To understand the existential risks posed by AI, it helps to understand the details of how AI works and, on a more abstract level, the dynamics that could create these risks if AI becomes more intelligent than humans. Various concepts have been defined to help us think about such risks.
Acting strategically to reduce the risk requires models of how the future of advanced AI will play out. This involves answering questions like when we will get advanced AI, how fast the transition to a superintelligence will be, and what a superintelligence would be capable of.
A key part of mitigating AI risk is aligning AI with human intentions. There are a range of approaches to this: for example, methods like adversarial training and learning from human feedback have made current AI systems more likely to produce the kinds of outputs intended by their designers. However, these methods have weaknesses, and the safety methods used on existing models may not generalize to future contexts. There are various proposals for scaling safety techniques as capabilities increase, as well as attempts to investigate the alignment problem at a more fundamental level.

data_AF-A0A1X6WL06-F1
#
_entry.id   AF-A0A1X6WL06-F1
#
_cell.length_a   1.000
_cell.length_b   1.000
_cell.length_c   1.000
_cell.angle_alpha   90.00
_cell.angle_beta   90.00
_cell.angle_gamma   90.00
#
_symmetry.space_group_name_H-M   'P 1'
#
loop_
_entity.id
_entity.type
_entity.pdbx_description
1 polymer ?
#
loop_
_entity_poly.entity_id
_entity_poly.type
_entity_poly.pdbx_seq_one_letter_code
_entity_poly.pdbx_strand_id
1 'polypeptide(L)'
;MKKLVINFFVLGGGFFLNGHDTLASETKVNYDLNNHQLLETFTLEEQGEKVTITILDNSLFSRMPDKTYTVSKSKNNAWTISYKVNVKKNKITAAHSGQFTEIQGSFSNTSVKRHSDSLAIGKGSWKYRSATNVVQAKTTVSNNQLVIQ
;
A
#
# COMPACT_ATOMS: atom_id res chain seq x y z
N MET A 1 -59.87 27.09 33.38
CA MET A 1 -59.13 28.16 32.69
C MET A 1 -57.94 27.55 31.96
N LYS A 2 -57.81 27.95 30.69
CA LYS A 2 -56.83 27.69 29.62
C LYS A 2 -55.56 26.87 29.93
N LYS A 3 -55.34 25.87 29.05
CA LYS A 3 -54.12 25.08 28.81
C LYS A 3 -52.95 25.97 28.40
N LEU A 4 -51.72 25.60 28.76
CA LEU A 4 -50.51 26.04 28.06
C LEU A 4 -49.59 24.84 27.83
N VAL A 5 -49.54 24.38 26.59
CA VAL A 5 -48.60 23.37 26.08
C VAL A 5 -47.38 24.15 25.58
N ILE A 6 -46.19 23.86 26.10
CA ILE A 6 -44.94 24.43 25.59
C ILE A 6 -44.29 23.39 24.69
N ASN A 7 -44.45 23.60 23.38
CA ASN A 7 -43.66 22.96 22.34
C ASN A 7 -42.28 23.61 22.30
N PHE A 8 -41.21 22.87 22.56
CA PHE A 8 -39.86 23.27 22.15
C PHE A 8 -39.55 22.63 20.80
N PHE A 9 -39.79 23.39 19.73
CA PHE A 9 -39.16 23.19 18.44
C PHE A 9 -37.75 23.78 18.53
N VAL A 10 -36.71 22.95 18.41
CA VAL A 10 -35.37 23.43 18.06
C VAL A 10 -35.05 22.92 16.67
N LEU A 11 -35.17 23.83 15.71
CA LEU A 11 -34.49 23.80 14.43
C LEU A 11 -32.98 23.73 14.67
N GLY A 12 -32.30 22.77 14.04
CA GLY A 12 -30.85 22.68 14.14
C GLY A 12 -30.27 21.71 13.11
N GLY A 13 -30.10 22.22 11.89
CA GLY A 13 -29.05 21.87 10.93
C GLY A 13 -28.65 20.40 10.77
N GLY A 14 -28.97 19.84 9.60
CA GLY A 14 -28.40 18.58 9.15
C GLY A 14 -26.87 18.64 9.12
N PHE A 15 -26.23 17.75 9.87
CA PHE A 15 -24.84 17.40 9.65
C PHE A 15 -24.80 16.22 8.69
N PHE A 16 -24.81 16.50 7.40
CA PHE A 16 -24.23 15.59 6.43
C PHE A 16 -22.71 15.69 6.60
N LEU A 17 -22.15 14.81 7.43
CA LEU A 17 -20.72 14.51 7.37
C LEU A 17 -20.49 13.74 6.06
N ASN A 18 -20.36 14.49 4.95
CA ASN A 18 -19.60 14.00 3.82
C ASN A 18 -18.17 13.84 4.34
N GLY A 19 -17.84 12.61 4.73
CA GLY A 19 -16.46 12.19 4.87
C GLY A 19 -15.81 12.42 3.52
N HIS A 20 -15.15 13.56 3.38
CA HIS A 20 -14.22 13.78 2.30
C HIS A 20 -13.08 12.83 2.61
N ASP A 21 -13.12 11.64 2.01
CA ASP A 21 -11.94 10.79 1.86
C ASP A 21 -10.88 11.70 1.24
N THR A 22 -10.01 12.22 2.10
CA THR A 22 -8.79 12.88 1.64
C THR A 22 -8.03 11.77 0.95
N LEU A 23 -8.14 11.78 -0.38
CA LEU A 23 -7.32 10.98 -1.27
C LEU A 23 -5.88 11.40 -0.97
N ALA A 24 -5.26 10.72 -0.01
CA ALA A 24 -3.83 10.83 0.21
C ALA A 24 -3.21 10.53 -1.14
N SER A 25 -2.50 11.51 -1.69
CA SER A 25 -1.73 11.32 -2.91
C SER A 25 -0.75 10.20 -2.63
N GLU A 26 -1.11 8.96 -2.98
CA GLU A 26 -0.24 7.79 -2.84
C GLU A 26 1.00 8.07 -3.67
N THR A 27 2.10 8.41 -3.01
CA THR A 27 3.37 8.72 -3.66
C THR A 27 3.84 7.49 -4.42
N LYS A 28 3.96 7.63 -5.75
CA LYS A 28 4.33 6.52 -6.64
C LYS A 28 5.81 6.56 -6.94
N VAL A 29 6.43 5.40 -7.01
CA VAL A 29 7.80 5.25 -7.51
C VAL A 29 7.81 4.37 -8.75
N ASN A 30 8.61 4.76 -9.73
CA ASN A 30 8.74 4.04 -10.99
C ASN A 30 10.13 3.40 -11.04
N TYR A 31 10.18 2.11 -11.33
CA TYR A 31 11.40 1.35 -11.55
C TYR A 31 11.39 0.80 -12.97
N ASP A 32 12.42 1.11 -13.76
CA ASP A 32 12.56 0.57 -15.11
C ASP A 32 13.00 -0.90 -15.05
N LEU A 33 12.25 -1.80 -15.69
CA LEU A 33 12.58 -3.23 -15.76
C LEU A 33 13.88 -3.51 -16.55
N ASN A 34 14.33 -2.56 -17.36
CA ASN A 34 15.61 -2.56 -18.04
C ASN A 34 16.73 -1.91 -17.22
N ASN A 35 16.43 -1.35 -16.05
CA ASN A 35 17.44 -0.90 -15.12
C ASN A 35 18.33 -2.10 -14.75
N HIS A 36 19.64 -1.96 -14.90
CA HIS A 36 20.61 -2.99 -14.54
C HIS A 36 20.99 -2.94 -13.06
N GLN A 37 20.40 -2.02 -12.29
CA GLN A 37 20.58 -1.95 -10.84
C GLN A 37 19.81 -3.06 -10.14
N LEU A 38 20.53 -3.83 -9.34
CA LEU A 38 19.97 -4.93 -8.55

Where technical alignment is about the design of AI systems, AI governance is about human decision-making around those systems. It focuses on designing 1) policies for safe AI development and deployment, for both current and future AI systems, and 2) incentive and enforcement mechanisms to ensure that relevant actors, such as governments and AI developers, follow those policies.